Those who may be skeptical of a river’s ability to build land need to look no further than the eastern side of Vermilion Bay. Over the last few decades, the Atchafalaya River has been creating marsh and building land, one of the few areas Louisiana is seeing natural restoration. Thomas Hymel of Sea Grant believes that this area could be used as an example for the benefits of the proposed Mississippi diversions: "You look at a major example of what diversions are already operating you look at the Wax Lake outlet along the Atchafalaya Delta, that's the exact same water that's coming off the Mississippi. It's a robust ecological system, there's tremendous fisheries in it and around it."
WORRIED ABOUT FRESH WATER
While shrimpers, fisherman, and crabbers will all be impacted perhaps none will be as affected as oysterman. “It affects oysters a whole lot because oysters don’t move,” said Ralph Pausina the President of the Oyster Growers and Dealers Association. Traditionally the Barataria Bay has been a prime location for oysters, due in part to the perfectly balanced salinity that the bay has to offer. The oyster industry has already suffered through changes in salinity, the oil spill and countless hurricanes and Pausina worries that this is just going to be another hurdle they’ll have to face.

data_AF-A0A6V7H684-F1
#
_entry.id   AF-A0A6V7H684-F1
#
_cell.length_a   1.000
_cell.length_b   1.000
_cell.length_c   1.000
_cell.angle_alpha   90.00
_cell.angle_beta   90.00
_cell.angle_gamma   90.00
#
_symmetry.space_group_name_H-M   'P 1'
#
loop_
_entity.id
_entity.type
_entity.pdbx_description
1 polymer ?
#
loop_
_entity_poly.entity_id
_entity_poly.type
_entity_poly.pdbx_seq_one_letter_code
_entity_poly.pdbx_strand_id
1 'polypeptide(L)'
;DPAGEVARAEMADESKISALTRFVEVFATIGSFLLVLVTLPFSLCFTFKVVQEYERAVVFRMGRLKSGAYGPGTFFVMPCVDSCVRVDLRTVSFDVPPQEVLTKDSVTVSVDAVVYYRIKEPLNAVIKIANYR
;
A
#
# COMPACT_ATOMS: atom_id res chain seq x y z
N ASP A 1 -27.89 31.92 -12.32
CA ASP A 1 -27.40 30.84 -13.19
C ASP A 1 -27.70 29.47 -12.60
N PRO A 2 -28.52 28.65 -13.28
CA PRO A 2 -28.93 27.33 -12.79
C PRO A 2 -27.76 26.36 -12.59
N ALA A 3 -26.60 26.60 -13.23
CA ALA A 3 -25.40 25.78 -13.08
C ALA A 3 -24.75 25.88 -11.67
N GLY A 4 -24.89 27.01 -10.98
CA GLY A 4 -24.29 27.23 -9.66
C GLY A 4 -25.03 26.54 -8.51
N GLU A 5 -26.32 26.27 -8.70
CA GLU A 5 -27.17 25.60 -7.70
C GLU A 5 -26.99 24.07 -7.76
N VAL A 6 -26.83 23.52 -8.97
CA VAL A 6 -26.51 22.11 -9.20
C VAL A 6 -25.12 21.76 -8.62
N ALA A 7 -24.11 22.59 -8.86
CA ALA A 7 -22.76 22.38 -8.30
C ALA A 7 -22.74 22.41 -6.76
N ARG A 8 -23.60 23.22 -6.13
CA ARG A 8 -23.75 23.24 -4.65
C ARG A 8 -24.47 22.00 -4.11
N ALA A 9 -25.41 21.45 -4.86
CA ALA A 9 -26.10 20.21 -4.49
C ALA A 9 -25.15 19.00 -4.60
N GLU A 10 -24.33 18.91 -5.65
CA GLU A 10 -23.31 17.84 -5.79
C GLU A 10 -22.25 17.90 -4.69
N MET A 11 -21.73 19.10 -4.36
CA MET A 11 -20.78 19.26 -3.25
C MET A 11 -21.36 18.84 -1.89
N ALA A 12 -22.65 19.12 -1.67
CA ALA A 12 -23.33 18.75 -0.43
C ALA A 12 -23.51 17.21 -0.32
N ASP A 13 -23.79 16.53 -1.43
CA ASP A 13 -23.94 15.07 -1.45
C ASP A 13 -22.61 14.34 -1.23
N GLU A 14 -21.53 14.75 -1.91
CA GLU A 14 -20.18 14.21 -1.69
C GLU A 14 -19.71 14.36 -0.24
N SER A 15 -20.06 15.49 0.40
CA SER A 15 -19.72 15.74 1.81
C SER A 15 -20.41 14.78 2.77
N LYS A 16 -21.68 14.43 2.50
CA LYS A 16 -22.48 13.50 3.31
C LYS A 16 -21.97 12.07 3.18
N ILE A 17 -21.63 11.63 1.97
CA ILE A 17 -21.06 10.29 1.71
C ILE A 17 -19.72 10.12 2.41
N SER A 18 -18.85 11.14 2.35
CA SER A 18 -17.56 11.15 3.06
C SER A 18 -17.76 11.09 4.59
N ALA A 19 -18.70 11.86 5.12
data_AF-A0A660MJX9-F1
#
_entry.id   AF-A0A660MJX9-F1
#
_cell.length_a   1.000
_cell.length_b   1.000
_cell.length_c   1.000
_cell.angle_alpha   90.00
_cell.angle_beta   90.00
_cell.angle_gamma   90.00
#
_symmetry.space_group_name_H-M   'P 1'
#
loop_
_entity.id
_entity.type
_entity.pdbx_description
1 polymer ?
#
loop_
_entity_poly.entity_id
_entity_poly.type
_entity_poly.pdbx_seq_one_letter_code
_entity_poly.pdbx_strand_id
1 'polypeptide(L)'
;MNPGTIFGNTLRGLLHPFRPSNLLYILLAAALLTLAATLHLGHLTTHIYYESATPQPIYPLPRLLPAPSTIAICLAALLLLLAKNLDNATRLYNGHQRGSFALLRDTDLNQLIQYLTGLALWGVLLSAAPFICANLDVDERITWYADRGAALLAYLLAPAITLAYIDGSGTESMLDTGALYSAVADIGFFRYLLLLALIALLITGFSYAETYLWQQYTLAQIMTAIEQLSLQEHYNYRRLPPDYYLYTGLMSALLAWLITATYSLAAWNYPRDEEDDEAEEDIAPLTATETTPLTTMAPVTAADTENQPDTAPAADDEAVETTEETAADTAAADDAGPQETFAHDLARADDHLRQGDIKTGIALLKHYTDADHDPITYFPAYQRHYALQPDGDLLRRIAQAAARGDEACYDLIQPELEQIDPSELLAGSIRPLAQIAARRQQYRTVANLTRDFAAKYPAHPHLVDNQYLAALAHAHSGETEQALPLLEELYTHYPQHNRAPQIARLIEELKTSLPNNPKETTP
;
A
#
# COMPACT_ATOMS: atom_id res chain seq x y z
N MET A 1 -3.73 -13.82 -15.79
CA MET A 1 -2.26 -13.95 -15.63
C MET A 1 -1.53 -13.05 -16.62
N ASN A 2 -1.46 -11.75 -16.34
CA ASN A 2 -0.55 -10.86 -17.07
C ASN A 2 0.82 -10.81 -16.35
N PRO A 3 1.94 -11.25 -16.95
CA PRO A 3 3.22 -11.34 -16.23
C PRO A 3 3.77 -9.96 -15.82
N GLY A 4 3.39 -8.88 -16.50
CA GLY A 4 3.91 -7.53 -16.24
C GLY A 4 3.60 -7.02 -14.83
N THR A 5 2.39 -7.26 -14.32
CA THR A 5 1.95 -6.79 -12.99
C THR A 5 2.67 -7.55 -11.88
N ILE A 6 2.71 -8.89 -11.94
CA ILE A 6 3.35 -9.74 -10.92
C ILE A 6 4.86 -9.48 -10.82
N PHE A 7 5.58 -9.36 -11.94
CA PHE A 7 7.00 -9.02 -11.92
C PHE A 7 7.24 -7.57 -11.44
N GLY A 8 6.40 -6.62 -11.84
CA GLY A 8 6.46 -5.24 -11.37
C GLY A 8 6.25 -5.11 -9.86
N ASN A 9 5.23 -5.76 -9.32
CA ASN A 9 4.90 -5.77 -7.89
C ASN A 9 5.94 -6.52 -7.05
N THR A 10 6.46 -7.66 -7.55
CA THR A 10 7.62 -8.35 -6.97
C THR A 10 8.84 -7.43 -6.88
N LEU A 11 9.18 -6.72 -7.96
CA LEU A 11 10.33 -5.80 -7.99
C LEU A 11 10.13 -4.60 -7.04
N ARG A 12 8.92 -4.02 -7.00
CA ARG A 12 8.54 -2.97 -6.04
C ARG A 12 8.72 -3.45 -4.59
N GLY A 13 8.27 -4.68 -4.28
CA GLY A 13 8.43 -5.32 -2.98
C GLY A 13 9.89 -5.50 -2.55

“As soon as that diversion thing was approved that was one of the reasons why I retired too because right where that's going to flow out that's right where our business was. Right there at the Wilkerson Canal. There's a 500-acre lease right there, and it's just going to be destroyed,” said Pausina. When asked if he knew people who still had leases in the Barataria he responded that they did and that “they're just waiting, you know sooner or later something terrible is going to happen.”
Oystermen may see the biggest impacts from an increase in fresh water, but they’re far from the only ones. Shrimpers worry that by diverting the rivers into these bays they’ll lose the ability to catch Brown Shrimp, a particular species of shrimp that rely on these areas. Shrimpers say that you can’t find Brown Shrimp anywhere else in Louisiana because the salinity is already too low in other spots along the coast.